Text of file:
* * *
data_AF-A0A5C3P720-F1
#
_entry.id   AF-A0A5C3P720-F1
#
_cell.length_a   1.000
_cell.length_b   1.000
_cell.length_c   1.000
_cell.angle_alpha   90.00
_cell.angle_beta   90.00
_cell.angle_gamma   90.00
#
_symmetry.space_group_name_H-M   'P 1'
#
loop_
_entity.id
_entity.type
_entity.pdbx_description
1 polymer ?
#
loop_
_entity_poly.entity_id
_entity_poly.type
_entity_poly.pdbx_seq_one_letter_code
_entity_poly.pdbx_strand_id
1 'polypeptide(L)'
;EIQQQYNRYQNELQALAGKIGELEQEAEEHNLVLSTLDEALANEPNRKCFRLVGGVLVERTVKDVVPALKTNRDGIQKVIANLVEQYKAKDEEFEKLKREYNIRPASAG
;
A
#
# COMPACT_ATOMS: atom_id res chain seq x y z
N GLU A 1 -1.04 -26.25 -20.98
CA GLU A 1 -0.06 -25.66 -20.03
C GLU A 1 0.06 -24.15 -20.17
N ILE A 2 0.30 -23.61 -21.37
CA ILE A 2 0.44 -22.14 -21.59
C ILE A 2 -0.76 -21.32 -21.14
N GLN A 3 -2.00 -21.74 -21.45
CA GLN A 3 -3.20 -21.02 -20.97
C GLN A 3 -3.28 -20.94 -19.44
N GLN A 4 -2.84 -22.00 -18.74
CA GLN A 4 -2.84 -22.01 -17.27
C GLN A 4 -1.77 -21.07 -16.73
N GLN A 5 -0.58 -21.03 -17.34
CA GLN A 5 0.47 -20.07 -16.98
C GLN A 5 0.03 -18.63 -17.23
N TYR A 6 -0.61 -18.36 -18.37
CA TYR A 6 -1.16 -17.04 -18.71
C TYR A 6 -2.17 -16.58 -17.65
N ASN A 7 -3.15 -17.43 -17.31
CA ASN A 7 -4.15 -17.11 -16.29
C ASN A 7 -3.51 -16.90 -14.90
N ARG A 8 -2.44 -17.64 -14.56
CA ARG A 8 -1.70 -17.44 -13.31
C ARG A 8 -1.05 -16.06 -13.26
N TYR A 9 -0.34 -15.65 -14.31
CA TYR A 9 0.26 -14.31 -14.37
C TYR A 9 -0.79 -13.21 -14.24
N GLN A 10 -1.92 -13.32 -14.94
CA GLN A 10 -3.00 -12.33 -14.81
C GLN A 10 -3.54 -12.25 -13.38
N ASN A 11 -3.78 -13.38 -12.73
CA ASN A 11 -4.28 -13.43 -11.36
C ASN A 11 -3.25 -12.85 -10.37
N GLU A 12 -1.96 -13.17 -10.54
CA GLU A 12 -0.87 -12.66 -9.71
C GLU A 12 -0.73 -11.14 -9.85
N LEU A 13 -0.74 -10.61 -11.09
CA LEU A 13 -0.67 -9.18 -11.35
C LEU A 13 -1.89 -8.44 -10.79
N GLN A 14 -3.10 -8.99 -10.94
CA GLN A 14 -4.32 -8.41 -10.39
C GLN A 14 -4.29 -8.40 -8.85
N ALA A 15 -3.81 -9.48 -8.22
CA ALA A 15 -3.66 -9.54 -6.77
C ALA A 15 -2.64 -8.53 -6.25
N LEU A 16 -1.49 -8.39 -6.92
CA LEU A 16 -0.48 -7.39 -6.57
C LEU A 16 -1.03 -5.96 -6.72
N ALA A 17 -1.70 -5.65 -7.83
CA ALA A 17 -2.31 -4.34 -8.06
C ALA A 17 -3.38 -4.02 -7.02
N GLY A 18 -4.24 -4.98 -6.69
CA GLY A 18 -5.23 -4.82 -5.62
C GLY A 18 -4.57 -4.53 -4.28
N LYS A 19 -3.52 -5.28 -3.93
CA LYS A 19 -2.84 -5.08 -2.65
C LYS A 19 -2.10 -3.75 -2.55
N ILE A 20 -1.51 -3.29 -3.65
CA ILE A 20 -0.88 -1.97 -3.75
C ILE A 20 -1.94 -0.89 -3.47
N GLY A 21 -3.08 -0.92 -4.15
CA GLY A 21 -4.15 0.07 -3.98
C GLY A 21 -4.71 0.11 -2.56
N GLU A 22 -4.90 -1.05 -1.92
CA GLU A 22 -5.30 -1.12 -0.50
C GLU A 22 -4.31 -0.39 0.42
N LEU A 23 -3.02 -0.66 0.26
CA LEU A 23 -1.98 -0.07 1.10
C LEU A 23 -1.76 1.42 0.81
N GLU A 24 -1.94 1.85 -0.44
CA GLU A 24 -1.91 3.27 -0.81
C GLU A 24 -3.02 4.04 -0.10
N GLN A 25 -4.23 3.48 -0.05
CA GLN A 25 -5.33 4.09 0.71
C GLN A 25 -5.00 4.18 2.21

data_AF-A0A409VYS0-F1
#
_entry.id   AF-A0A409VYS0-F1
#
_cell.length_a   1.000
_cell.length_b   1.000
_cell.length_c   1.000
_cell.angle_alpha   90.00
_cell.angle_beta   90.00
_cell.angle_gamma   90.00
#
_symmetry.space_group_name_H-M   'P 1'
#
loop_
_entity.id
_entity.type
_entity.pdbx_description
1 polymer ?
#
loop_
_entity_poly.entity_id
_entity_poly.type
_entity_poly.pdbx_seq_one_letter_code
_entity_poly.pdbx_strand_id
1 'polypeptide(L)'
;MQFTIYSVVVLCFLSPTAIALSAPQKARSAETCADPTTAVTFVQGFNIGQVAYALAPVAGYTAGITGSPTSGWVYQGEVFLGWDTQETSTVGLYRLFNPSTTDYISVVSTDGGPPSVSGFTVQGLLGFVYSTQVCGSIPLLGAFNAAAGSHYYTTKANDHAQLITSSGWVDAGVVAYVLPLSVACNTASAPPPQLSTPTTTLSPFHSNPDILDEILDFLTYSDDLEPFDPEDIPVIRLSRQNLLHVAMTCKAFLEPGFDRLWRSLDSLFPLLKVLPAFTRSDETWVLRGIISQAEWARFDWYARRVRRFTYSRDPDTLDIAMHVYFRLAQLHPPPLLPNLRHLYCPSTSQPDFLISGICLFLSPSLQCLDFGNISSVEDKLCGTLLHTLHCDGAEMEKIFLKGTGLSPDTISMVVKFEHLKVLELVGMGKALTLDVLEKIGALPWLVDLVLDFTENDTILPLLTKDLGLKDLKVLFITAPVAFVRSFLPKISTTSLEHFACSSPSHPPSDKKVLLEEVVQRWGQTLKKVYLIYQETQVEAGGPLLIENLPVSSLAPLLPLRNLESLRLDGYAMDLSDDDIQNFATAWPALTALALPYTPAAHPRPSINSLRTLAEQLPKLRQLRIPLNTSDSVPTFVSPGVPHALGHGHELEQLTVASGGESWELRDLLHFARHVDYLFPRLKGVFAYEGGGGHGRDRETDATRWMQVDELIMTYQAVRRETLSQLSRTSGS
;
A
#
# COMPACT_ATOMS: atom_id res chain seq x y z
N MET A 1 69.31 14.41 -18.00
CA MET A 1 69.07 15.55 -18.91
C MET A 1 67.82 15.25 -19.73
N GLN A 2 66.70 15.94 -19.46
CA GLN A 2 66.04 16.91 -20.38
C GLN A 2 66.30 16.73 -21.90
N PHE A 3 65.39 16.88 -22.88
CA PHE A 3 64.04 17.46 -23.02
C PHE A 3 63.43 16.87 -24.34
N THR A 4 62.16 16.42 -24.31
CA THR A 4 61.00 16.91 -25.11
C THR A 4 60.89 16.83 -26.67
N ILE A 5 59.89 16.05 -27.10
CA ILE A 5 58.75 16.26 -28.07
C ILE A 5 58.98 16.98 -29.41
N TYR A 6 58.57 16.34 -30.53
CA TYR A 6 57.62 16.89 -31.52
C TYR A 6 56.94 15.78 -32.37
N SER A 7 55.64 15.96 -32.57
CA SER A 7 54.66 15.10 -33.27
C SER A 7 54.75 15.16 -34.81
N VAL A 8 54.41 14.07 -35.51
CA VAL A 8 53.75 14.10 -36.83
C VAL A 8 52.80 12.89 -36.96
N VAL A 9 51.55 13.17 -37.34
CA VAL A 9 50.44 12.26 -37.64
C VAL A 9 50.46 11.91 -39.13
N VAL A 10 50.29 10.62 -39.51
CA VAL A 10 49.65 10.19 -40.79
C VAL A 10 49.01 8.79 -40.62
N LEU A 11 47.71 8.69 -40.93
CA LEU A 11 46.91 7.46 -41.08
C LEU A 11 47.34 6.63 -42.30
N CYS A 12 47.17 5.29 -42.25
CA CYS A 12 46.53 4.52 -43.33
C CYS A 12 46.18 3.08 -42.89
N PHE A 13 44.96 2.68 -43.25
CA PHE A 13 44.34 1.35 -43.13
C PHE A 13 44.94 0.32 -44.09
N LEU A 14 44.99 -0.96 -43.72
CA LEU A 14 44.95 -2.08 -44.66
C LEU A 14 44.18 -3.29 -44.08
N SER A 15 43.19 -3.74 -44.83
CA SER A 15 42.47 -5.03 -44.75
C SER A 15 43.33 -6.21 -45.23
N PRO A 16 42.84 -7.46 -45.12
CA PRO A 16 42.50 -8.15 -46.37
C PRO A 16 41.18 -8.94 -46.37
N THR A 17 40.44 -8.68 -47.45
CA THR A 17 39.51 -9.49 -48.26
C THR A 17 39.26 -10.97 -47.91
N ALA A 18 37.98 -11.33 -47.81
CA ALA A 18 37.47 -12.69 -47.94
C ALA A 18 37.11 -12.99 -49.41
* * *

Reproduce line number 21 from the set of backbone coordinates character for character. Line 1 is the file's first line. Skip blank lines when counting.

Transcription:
_entity_poly.entity_id